Across 9.5 million estimated new diagnoses of cancer from 2000–2012, individuals averaged 68.6±9.4 years with slight majorities being married (54.7%), not retired (51.1%), and Medicare beneficiaries (56.6%). At year+2, 42.4% depleted their entire life’s assets, with higher adjusted odds associated with worsening cancer, requirement of continued treatment, demographic and socioeconomic factors (ie, female, Medicaid, uninsured, retired, increasing age, income, and household size), and clinical characteristics (ie, current smoker, worse self-reported health, hypertension, diabetes, lung disease) (P<.05); average losses were $92,098. At year+4, financial insolvency extended to 38.2%, with several consistent socioeconomic, cancer-related, and clinical characteristics remaining significant predictors of complete asset depletion.

That study began by referencing Breaking Bad, a popular drama about a mild-mannered teacher diagnosed with cancer who goes on to become a drug kingpin in order to finance his treatment:

Breaking Bad is a critically acclaimed American television show about Walter White, who is diagnosed with lung cancer. Even though Walter worked two jobs and had health insurance, he still could not afford his medical care. To pay for his cancer treatment and to protect his family from financial burden, Walter illegally synthesized and sold methamphetamine. Although this is a fictional story, it highlights the reality of the economic burden of cancer in America.

Numerous confounding factors are referenced in the study. Among them was the exclusion of cancer patients who do not recover, in which case the costs of end-of-life care are not tallied:

Depending on cancer type and stage, costs range between 20-100k during the first year after diagnosis, but the average cost increases to over 60k at the end of life. This evidence suggests that terminally ill patients experience worse financial toxicity. Notably, [study authors] did not assess the financial toxicity experienced during end of life care because they omitted the ~30% of the cancer patients who died during the study. Consequently, the study does not examine the significant financial toxicity associated with fatal cancers.

Differences made by the 2010 passage of the Affordable Care Act (also known as the ACA or Obamacare) did not seem to dramatically affect the findings, despite its passage during the years researchers examined in the study. The law is mentioned once, in the course of referencing various disenfranchised groups, although researchers noted that having insurance had a protective effect:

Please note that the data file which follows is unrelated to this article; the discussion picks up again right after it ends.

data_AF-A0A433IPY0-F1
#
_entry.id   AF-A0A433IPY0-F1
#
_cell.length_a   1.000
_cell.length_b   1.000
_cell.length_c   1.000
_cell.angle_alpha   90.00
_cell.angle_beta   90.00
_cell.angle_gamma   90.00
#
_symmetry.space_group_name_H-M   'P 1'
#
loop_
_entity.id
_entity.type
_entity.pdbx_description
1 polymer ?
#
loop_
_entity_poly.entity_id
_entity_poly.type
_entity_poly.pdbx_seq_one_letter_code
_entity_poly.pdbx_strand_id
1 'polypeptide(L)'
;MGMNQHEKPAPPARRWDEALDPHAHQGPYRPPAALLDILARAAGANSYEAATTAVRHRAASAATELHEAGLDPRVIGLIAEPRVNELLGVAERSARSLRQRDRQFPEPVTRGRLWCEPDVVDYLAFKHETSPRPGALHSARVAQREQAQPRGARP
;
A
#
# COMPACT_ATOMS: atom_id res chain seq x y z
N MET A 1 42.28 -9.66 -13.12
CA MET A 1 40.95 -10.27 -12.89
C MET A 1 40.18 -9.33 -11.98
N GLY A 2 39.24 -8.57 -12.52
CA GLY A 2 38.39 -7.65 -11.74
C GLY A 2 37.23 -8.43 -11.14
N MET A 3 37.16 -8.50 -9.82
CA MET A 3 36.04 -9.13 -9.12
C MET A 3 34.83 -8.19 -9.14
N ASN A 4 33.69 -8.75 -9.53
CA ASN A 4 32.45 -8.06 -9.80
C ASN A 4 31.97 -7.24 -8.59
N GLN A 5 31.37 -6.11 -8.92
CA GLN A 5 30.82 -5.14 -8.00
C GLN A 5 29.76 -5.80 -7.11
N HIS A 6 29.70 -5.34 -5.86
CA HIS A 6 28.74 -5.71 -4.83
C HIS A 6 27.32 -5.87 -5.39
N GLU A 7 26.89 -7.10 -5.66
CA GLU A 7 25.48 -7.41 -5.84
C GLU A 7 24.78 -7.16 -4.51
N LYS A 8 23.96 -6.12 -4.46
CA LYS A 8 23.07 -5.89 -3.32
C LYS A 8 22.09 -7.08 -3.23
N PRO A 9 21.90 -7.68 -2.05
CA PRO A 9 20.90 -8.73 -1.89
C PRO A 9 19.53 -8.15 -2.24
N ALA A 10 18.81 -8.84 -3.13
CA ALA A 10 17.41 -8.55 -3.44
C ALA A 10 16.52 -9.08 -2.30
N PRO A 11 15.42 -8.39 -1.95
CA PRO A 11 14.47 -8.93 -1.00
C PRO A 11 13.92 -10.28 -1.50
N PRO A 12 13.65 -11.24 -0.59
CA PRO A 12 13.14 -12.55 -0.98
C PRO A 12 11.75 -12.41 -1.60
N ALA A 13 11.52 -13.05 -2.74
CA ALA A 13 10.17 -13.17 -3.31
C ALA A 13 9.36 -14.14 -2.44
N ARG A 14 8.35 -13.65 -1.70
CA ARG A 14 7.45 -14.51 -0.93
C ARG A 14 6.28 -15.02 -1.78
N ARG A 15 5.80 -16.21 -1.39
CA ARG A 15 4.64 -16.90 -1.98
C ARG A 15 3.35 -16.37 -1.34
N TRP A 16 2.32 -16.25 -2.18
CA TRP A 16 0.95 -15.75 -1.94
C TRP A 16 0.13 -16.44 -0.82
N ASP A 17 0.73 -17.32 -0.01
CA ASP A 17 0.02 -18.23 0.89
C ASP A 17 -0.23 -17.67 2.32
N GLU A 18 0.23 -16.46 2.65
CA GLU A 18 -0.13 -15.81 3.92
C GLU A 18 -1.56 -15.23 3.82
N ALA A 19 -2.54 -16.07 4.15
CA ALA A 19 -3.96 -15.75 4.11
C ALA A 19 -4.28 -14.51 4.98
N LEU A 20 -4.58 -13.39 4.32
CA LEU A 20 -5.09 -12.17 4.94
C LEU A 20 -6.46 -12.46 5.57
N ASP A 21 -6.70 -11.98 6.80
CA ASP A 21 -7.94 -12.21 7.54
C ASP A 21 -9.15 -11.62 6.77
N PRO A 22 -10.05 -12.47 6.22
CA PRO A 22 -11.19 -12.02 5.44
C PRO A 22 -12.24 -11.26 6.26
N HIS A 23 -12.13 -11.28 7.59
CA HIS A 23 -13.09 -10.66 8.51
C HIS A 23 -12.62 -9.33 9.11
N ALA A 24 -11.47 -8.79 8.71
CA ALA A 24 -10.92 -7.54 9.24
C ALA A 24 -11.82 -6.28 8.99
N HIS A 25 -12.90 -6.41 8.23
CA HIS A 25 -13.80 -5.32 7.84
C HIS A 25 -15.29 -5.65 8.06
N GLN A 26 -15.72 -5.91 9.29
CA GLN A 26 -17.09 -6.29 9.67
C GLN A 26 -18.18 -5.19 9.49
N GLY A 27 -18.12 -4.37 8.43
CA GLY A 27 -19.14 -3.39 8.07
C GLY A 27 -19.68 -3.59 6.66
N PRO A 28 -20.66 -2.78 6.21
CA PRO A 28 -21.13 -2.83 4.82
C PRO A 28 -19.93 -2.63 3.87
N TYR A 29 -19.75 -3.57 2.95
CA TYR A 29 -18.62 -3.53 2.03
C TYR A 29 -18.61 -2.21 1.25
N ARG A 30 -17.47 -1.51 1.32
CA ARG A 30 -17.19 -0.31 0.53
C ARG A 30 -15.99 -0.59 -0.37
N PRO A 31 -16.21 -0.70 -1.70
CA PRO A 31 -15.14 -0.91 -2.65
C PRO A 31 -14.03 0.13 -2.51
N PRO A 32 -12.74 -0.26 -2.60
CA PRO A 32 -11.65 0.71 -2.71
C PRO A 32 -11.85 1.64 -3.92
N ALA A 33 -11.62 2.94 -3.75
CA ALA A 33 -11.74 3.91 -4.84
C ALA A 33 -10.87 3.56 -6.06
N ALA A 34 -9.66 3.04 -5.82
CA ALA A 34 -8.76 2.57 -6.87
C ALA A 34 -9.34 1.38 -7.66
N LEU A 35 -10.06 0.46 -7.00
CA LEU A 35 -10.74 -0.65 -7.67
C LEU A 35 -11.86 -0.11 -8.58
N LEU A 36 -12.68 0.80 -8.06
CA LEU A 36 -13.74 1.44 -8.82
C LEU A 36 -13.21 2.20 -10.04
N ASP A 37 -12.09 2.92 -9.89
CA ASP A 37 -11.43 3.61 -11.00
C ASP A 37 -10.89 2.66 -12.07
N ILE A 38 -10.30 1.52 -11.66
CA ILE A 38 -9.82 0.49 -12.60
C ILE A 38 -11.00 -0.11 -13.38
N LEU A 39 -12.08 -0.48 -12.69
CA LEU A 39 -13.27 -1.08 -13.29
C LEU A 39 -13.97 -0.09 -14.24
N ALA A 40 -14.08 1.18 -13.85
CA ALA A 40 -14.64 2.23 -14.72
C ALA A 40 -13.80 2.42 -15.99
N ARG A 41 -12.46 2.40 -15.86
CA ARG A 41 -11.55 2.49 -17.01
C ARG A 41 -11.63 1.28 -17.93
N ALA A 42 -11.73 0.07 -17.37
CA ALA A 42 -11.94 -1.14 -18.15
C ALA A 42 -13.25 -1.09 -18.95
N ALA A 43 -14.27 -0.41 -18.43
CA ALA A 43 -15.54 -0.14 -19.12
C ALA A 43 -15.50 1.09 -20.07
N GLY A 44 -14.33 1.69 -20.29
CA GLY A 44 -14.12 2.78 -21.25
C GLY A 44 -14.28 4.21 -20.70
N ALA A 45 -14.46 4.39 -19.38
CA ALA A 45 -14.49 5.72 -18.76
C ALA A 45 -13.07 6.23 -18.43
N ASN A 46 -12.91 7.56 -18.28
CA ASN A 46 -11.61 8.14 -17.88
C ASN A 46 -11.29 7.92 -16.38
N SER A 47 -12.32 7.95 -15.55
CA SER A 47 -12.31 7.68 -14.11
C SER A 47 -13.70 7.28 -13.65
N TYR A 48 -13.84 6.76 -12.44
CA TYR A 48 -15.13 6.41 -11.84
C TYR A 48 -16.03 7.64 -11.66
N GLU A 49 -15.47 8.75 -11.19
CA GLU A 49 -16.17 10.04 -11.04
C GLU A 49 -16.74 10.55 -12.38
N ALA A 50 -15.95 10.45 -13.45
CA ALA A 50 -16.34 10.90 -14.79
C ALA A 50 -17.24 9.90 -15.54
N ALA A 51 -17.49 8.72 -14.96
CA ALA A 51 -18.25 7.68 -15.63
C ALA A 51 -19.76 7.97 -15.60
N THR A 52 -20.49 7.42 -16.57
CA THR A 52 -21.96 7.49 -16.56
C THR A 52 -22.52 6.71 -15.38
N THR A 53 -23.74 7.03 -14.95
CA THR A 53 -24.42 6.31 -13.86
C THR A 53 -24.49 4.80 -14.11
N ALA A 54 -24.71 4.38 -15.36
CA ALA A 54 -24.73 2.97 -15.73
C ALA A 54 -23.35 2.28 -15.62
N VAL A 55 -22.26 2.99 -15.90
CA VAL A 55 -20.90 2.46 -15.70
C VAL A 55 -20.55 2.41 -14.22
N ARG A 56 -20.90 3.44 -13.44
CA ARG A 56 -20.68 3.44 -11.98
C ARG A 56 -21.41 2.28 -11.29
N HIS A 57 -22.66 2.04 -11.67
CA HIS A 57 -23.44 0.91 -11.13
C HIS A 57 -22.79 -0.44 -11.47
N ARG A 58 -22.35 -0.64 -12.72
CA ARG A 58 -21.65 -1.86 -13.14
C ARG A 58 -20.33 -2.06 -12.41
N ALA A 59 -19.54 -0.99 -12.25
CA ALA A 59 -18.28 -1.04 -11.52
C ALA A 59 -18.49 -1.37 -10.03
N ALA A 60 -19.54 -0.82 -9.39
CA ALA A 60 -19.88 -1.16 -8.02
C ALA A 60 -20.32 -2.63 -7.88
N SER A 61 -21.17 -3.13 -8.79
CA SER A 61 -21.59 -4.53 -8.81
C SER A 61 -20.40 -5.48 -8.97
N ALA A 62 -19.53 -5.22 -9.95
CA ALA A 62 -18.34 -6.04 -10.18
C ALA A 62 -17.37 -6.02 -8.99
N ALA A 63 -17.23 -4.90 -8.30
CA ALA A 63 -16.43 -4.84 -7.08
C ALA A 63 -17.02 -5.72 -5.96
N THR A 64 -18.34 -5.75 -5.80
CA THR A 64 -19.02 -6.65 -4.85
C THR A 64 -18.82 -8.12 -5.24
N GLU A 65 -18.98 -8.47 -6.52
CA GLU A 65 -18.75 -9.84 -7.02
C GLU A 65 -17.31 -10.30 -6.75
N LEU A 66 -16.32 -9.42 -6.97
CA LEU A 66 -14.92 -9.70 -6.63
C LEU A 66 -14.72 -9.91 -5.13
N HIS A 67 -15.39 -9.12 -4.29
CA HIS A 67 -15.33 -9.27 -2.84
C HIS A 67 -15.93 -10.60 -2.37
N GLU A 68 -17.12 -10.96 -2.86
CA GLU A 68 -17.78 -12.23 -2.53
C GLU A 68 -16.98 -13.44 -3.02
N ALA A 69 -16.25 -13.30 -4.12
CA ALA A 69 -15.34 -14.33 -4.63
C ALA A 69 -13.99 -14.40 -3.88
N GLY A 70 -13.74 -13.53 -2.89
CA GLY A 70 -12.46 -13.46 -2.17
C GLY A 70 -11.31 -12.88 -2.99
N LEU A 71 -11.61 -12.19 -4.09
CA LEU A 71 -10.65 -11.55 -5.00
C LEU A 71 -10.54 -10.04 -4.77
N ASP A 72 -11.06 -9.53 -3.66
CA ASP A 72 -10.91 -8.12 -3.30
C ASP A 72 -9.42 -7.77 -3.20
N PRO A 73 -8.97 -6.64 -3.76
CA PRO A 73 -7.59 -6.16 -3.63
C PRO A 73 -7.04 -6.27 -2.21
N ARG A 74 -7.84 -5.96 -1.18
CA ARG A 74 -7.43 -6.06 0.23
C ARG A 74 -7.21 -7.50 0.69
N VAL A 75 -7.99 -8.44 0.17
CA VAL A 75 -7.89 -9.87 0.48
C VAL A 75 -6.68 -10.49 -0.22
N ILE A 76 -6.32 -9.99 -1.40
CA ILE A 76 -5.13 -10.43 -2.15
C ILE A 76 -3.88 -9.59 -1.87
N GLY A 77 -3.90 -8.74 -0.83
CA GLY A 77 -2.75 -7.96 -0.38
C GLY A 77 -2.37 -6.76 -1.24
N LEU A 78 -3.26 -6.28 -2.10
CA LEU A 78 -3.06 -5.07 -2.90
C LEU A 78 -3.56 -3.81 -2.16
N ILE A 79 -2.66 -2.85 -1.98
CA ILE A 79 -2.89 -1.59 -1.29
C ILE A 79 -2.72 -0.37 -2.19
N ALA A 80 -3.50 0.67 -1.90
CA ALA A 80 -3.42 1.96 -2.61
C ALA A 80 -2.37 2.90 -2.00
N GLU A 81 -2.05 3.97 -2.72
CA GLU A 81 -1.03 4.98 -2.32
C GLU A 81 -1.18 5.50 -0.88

Additionally, by relying on the HRS, Gilligan et al. were not able to comment on financial toxicity in disenfranchised groups, such as homeless or undocumented patients. Undocumented immigrants have the lowest rate of health insurance in America, thus increasing their risk of financial toxicity due to cancer. This is because they are not eligible for Affordable Care Act exchanges or Medicaid benefits. Undocumented immigrants can get health coverage through their employers, however most take low paying jobs that do not offer health insurance. Similarly, 60% of the homeless people in the U.S. are uninsured … Multiple reports, including the Gilligan et al. study, show that private insurance is protective against financial toxicity.

Insurance also posed different risks to the insured patients whose data appeared in the study:

Among patients enrolled in copayment assistance programs, 20% took less medication than prescribed, 19% filled half of their prescriptions, and 24% did not fill prescriptions. Over 7% of the patients in these programs delayed procedures, testing, chemotherapy or clinic visits.

Finally, the study found that costs were increasing and that the myriad difficulties cited were likely to worsen:

Unfortunately, direct medical costs are expected to increase by 40% for patients by 2020, thus exacerbating the financial burden of medical care for cancer patients in the United States.

The key finding upheld Sanders’ tweet:

[Researchers] reported that over 42% of patients fully depleted their assets and over 30% incurred debt (consumer, mortgage or home equity) by the second-year of their diagnosis.

That 42 percent of patients in the study represented the four in ten cancer patients that Sanders referenced — although technically it might be more accurate to say 4.2 out of ten patients would “deplete their assets” (in other words, “lose their life savings”) to pay for the necessary treatments. Thirty percent of study participants incurred debt, and the study omitted the 30 percent of patients who did not recover and died — presumably patients who incurred end of life costs and who certainly became unable to financially contribute to their households. Sanders’ claim was based on peer-reviewed research published in a medical journal, not polling or broad estimates, a claim which was thus quite well-supported.